RIO DE JANEIRO (Reuters) - Ricardo Teixeira, the controversial head of the Brazilian Football Confederation and the man charged with organising the 2014 World Cup, quit on Monday following a string of corruption scandals.
Teixeira, the most powerful man in Brazilian soccer for more than two decades, suffered from health problems and had been under intense pressure to stand down. Relations between Brazil and world soccer body FIFA have soured in recent weeks as the two bicker over the slow pace of preparations for the World Cup.
The 64-year-old soccer boss tendered his resignation in a letter that was read out to reporters at the Rio de Janeiro headquarters of the Brazilian Football Confederation, or CBF.
“I leave the presidency of the CBF definitively with the feeling of having done my duty,” Teixeira said in the letter.
He said he was standing down for health reasons, just days after he requested a temporary medical leave of absence to treat diverticulitis, a painful bowel condition.
Teixeira will be succeeded in both posts by Jose Maria Marin, a 79-year-old former politician who is little known outside the closed world of the CBF. Marin could run the CBF until early 2015, when Teixeira’s term was set to end.
Marin made headlines in January while presenting the winners of a junior football tournament with their medals. Cameras caught him slipping one of the medals into his pocket, prompting accusations of theft.
Marin told reporters on Monday that the medal was a gift from tournament organisers and called the accusations a “joke.”
The new head of the CBF paid tribute to his former boss, saying: “He was the main person responsible for bringing the World Cup to Brazil. If he doesn’t get our gratitude then he at least deserves our respect.”
Teixeira has long been a polarising figure in Brazil, revered by some for helping lead the country to two World Cup titles and despised by others for running the sport like a personal fiefdom.
His departure is likely to be welcomed by Brazilian President Dilma Rousseff, who has had chilly relations with Teixeira since she took office in January 2011.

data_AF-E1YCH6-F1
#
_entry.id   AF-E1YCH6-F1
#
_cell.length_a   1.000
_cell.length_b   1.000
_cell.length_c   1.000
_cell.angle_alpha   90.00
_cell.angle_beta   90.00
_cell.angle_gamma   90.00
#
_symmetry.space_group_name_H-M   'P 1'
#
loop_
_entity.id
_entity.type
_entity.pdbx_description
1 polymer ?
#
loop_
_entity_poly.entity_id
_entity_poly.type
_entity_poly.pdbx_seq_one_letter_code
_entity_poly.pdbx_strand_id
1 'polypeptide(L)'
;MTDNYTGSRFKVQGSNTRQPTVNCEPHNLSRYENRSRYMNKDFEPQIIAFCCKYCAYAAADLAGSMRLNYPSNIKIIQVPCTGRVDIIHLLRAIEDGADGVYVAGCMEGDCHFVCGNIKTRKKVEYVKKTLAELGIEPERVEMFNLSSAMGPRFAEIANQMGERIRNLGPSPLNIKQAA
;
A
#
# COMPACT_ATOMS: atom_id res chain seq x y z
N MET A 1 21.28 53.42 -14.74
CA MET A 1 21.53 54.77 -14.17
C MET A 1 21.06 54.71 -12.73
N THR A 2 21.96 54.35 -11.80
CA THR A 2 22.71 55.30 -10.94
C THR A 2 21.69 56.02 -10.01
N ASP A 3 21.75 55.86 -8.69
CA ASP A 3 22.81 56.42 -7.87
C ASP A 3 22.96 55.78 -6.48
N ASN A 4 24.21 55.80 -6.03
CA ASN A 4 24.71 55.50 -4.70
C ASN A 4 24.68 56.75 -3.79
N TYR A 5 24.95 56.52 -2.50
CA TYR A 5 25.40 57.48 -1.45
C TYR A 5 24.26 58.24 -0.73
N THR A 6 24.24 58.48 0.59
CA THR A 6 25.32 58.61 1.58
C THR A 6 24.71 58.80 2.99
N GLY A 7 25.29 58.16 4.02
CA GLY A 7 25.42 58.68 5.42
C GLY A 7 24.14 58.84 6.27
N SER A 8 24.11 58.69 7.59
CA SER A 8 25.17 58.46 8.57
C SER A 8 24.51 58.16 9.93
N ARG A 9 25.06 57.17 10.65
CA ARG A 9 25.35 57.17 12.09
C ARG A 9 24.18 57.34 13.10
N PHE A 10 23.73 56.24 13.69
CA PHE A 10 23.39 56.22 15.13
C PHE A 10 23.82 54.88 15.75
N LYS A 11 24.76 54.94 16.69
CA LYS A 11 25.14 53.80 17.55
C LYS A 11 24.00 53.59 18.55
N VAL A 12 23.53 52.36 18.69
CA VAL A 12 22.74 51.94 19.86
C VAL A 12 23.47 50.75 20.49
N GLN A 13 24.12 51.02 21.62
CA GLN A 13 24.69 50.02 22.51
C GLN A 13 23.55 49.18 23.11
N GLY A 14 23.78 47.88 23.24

Rousseff was upset that Teixeira did not invite Brazilian soccer great Pele to help organise the World Cup. In a public rebuff, Rousseff named Pele, who has been critical of Teixeira, as Brazil’s ambassador for the Cup.
Romario, one of the biggest names in Brazilian soccer, greeted Teixeira’s resignation with satisfaction.
“Today we can celebrate,” said Romario, the former striker and World Cup winner who is now a federal congressman. “We have exterminated a cancer from Brazilian football.”
When Teixeira took the helm of the CBF in 1989, Brazil had gone 19 years without a World Cup title and the CBF’s finances were in tatters. Today, the CBF is a vastly profitable enterprise and Brazil holds a record five World Cup titles, having won under Teixeira in 1994 and 2002.
However, despite the successes on and off the field, Teixeira’s tenure has been frequently overshadowed by allegations of corruption and shady business dealings.
In 2001, a Congressional investigation accused him of 13 crimes ranging from tax evasion to money laundering to misleading lawmakers, although no charges were ever brought.
Last year, the former head of the English Football Association David Triesman said Teixeira offered to back England’s bid to host the 2018 World Cup in return for favours.
In February, the Folha de Sao Paulo newspaper said a company linked to Teixeira overcharged the organisers of a November 2008 friendly match between Brazil and Portugal.
Teixeira has denied wrongdoing in all cases.
His resignation means that Marin and two former footballers, Ronaldo and Bebeto, are now charged with organising one of sport’s biggest events.
Ronaldo and Bebeto, both World Cup winners, were appointed to the committee in recent months despite having little experience in the field.
However, both have good relations with FIFA, which could prove useful as Brazil seeks to patch up strained relations with the world soccer body. Brazil is refusing to deal with FIFA’s point man for the tournament, Jerome Valcke, following the Frenchman’s pointed criticism of planning and preparations.
Sport Minister Aldo Rebelo said the government would no longer deal with Valcke, who caused an uproar in the South American country by saying Brazilian organisers needed “a kick up the backside.”
The spat forced Valcke to cancel a scheduled visit to Brazil and prompted FIFA President Sepp Blatter to request a meeting this week with Rousseff. The two are expected to discuss the slow pace of work and to decide whether Valcke will continue as FIFA’s interlocutor.
Rebelo said in a statement that the government was looking forward to working with Marin to ensure the success of the World Cup.
The tournament has been beset by delays and questions since Brazil won the right to host it in October 2007. Although most of the 12 stadiums are on schedule, several are over budget and being built with taxpayer money, despite a pledge from former Brazilian President Luiz Inacio Lula da Silva that the event would be bankrolled by the private sector.
More worrying is the state of transportation infrastructure, especially airports.
Brazil’s antiquated airports are not capable of handling the expected influx of 600,000 fans and authorities have been slow to build new airports and expand the existing ones.
Additional reporting and writing by Andrew Downie in São Paulo; Editing by Todd Benson and Ed Osmond